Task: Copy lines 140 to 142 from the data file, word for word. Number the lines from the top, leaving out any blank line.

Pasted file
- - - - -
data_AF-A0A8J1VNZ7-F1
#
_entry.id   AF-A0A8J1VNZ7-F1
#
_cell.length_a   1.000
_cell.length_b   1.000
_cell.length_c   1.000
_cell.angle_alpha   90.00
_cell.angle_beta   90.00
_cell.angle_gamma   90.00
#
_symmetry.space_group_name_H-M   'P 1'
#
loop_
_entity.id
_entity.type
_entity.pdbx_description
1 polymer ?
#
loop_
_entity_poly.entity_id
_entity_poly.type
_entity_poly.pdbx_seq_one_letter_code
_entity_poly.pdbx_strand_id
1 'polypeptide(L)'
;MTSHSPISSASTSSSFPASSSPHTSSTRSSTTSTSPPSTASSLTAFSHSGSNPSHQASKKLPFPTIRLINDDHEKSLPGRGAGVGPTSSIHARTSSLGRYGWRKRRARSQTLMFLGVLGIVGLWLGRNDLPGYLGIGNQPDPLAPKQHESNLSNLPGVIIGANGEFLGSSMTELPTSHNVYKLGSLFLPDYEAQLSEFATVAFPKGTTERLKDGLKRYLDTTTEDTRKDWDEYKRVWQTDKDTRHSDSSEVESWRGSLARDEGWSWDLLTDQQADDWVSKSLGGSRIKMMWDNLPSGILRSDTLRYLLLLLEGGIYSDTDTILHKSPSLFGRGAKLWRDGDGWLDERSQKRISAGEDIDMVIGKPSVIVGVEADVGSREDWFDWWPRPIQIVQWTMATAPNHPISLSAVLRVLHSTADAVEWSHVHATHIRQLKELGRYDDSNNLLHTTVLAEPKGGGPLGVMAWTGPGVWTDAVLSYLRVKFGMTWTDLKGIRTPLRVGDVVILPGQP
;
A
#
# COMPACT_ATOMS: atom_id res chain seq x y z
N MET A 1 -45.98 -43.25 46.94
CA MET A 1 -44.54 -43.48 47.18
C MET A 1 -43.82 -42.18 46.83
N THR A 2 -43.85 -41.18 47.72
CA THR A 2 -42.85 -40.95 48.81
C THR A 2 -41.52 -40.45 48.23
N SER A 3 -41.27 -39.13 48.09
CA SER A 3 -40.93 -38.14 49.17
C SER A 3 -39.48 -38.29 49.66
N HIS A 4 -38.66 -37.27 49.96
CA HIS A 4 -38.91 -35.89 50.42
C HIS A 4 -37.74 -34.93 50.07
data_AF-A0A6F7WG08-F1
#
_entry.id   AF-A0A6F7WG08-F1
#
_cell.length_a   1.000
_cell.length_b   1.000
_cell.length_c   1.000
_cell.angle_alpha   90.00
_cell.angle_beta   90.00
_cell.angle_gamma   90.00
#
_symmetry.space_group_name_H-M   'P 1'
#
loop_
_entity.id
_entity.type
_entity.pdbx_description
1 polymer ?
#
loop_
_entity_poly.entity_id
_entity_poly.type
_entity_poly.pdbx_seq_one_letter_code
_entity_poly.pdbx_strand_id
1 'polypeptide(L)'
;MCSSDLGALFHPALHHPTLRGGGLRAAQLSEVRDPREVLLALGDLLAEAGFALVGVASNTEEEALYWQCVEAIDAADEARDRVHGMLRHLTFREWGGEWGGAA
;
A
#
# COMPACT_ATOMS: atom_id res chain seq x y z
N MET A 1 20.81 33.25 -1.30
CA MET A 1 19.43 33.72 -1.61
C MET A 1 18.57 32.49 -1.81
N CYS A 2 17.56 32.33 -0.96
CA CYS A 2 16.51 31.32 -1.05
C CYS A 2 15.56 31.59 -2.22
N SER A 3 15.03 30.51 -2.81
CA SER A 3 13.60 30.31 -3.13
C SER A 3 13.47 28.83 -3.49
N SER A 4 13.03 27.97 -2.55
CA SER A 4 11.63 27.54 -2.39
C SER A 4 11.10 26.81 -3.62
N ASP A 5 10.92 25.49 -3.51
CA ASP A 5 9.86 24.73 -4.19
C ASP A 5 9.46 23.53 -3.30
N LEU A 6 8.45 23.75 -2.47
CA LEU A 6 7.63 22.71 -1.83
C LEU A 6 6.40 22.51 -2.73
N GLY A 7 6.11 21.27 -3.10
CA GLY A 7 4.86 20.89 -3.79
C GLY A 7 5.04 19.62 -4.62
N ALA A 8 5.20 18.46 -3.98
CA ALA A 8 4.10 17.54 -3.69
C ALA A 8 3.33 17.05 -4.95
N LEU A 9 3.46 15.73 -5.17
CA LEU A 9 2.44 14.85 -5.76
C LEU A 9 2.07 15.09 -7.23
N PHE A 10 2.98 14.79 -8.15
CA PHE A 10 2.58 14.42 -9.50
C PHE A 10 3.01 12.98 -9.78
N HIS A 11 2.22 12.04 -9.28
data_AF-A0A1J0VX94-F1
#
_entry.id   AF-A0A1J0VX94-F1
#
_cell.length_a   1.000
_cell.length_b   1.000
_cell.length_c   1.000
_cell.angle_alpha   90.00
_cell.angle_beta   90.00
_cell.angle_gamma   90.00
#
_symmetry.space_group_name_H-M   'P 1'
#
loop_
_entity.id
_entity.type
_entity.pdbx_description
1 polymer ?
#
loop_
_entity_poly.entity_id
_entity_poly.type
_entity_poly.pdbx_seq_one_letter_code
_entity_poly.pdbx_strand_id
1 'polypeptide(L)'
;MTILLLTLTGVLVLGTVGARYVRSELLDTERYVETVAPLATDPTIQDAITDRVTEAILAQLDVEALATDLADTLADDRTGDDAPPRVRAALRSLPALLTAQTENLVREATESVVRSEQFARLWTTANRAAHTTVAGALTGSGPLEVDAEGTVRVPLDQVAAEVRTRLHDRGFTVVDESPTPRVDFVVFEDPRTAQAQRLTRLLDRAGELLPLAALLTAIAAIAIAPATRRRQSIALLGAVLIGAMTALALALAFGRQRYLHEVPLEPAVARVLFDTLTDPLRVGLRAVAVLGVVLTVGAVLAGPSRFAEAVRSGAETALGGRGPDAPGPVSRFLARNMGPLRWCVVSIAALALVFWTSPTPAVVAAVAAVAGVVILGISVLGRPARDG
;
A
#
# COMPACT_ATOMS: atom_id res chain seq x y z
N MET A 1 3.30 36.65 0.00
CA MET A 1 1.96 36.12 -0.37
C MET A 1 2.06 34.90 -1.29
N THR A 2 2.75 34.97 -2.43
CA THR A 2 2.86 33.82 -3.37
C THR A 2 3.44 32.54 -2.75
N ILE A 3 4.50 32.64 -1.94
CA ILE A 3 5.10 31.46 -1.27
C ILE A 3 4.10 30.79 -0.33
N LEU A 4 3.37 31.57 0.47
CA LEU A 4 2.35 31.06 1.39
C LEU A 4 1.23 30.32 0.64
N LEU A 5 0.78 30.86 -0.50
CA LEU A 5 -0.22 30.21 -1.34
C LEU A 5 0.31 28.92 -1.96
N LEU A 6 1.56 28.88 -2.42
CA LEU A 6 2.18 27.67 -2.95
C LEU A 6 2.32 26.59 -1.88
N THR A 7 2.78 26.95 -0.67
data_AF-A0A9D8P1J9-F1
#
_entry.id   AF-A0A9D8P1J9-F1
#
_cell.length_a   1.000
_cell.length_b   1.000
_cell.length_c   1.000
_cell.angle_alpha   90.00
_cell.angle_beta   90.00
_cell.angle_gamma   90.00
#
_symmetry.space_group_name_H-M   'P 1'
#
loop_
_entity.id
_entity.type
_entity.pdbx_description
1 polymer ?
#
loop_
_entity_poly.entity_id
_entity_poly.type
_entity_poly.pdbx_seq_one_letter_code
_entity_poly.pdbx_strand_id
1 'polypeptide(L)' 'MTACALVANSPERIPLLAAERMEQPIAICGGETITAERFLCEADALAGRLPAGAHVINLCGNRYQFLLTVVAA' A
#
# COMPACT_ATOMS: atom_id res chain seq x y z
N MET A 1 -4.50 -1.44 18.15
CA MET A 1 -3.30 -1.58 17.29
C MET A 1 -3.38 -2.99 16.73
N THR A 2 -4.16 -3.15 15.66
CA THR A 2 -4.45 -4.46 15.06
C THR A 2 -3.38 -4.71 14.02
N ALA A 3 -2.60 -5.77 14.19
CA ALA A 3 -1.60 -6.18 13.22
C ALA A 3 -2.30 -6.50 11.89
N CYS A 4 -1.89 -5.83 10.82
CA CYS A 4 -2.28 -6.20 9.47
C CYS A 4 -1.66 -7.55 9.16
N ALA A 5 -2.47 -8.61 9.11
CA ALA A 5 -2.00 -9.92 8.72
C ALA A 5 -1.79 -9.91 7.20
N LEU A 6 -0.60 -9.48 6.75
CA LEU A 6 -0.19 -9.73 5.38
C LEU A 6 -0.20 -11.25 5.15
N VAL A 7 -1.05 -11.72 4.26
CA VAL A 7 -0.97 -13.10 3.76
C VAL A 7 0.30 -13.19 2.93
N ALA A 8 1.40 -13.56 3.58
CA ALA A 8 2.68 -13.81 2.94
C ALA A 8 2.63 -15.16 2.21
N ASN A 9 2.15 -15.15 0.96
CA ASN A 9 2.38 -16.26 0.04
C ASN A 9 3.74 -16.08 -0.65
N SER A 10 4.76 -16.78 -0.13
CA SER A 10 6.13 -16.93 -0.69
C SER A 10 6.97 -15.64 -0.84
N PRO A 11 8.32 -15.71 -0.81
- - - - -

N ILE A 3 4.50 32.64 -1.94
CA ILE A 3 5.10 31.46 -1.27
C ILE A 3 4.10 30.79 -0.33